WASHINGTON (Reuters) - Two U.S. senators sought to dial up pressure on North Korea on Tuesday by reintroducing a bill to impose sanctions on any bank that does business with its government, with the endorsement of the parents of Otto Warmbier, a U.S. college student who died after being imprisoned by Pyongyang.
Republican Senator Pat Toomey and Democrat Chris Van Hollen offered the “Otto Warmbier Banking Restrictions Involving North Korea (BRINK) Act” days after a summit between Republican President Donald Trump and North Korean leader Kim Jong Un was abruptly cut off after they failed to reach a deal for the reclusive communist nation to give up its nuclear weapons.
After the summit, Trump said he believed Kim’s claim not to have known how Otto Warmbier was treated, prompting his parents to issue a sharp statement strongly condemning Kim’s “evil regime” and blaming it for their son’s death.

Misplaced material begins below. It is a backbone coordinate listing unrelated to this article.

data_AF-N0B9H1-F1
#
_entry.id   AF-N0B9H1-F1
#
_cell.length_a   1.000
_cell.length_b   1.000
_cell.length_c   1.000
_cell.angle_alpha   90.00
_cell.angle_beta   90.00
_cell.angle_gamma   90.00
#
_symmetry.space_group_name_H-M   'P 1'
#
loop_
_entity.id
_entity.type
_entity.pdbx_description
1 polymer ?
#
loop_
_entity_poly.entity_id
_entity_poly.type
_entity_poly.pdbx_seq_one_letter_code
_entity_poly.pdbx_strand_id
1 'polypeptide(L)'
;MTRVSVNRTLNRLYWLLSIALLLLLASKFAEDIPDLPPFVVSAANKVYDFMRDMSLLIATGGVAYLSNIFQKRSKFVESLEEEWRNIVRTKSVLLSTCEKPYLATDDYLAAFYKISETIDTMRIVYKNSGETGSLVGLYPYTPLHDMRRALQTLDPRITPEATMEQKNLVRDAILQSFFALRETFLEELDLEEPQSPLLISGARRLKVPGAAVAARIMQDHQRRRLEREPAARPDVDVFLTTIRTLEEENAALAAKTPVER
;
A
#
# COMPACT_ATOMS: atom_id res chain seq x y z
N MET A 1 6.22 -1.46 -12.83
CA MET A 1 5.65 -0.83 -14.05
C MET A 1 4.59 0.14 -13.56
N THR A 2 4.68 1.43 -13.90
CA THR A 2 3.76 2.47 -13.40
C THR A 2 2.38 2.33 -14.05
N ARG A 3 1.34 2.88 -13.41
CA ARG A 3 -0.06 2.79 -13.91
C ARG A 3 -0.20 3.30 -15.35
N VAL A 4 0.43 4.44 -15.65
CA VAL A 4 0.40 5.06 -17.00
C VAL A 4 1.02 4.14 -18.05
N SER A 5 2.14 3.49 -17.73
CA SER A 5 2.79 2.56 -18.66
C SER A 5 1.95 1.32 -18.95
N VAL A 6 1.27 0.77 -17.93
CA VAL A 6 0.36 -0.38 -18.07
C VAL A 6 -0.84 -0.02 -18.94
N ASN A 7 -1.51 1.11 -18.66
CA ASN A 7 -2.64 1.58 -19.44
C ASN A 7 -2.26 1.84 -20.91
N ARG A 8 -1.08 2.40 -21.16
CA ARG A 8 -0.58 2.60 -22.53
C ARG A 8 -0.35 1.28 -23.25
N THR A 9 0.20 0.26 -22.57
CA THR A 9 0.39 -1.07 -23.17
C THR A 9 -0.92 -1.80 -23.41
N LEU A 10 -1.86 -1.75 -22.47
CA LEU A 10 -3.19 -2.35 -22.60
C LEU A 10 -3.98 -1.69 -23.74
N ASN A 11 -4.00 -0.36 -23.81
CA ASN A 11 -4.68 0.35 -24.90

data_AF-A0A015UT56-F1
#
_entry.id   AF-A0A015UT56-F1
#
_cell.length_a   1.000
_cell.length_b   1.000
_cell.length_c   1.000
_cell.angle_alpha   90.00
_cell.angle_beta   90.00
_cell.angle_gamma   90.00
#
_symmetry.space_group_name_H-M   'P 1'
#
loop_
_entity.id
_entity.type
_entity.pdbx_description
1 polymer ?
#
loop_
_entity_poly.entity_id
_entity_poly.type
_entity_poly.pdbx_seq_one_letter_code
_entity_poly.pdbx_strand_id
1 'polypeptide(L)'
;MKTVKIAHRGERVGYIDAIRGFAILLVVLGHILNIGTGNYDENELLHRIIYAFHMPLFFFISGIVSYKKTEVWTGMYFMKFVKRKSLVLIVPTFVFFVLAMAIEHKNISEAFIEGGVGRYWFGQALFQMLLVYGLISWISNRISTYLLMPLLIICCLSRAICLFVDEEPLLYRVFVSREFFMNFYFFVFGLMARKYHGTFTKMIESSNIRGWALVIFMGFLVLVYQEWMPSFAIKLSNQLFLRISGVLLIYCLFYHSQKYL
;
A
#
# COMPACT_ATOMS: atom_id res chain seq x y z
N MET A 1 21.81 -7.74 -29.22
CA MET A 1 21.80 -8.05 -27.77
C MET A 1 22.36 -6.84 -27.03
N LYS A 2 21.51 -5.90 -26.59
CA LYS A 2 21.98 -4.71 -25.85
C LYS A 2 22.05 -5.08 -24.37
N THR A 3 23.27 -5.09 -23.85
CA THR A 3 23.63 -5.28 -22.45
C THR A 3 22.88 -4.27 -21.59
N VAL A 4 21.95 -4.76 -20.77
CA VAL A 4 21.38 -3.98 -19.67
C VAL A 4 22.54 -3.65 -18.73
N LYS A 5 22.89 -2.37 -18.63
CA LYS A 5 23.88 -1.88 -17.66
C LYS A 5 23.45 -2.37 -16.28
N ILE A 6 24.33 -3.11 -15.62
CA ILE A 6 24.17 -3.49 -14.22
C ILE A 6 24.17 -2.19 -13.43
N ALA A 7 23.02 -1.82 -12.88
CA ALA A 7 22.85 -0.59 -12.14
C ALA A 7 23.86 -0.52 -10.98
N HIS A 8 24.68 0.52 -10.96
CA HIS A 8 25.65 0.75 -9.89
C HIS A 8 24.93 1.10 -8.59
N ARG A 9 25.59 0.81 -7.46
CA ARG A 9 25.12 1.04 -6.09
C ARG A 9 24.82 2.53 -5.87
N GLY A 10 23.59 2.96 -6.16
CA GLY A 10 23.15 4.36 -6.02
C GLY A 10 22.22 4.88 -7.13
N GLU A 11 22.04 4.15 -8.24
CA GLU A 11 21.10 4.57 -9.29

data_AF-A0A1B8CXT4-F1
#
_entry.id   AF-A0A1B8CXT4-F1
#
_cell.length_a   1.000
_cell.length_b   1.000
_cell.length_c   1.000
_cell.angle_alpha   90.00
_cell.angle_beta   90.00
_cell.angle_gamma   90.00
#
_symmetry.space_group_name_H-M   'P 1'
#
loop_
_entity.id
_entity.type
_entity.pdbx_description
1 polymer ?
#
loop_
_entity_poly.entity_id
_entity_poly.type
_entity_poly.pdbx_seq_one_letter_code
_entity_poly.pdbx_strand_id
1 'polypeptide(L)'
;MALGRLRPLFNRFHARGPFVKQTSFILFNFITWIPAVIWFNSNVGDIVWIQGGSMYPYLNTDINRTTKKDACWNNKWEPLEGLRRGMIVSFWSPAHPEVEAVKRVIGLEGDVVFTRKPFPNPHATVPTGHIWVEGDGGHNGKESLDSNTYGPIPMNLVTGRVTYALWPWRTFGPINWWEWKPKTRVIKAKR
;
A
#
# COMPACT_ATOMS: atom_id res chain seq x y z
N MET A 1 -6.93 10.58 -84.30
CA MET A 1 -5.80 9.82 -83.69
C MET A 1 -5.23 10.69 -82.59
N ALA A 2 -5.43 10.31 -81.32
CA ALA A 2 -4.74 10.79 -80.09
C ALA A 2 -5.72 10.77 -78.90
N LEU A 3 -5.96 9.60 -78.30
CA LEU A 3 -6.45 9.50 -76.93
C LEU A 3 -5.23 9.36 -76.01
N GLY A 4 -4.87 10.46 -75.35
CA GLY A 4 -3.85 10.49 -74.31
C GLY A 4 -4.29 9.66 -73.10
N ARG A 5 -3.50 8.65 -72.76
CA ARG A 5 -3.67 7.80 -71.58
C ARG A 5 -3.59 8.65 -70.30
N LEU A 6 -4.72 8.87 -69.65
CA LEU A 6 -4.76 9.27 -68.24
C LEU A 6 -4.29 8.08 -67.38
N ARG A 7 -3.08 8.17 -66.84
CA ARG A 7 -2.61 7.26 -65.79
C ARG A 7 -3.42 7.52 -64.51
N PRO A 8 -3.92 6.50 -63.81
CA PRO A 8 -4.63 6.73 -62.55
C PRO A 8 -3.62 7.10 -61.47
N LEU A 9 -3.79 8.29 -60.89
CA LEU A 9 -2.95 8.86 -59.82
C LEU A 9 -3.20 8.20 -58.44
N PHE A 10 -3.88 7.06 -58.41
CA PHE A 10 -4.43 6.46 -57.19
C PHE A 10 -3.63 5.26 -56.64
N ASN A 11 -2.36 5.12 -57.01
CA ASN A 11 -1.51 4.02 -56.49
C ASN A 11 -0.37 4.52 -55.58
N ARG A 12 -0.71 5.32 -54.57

In a statement, Fred and Cindy Warmbier thanked van Hollen and Toomey, and said they believed the legislation would provide useful tools to help change North Korea.
“We continue to support the bill and appreciate them honoring our son’s memory,” the Warmbiers said.
The measure, which would deny access to the U.S. banking system to any foreign bank that does business with North Korea, unanimously passed the Senate Banking Committee last year but did not advance further.
To become law, it would need to pass the full Senate and House of Representatives and be signed into law by Trump.
Reporting by Patricia Zengerle; editing by Jonathan Oatis
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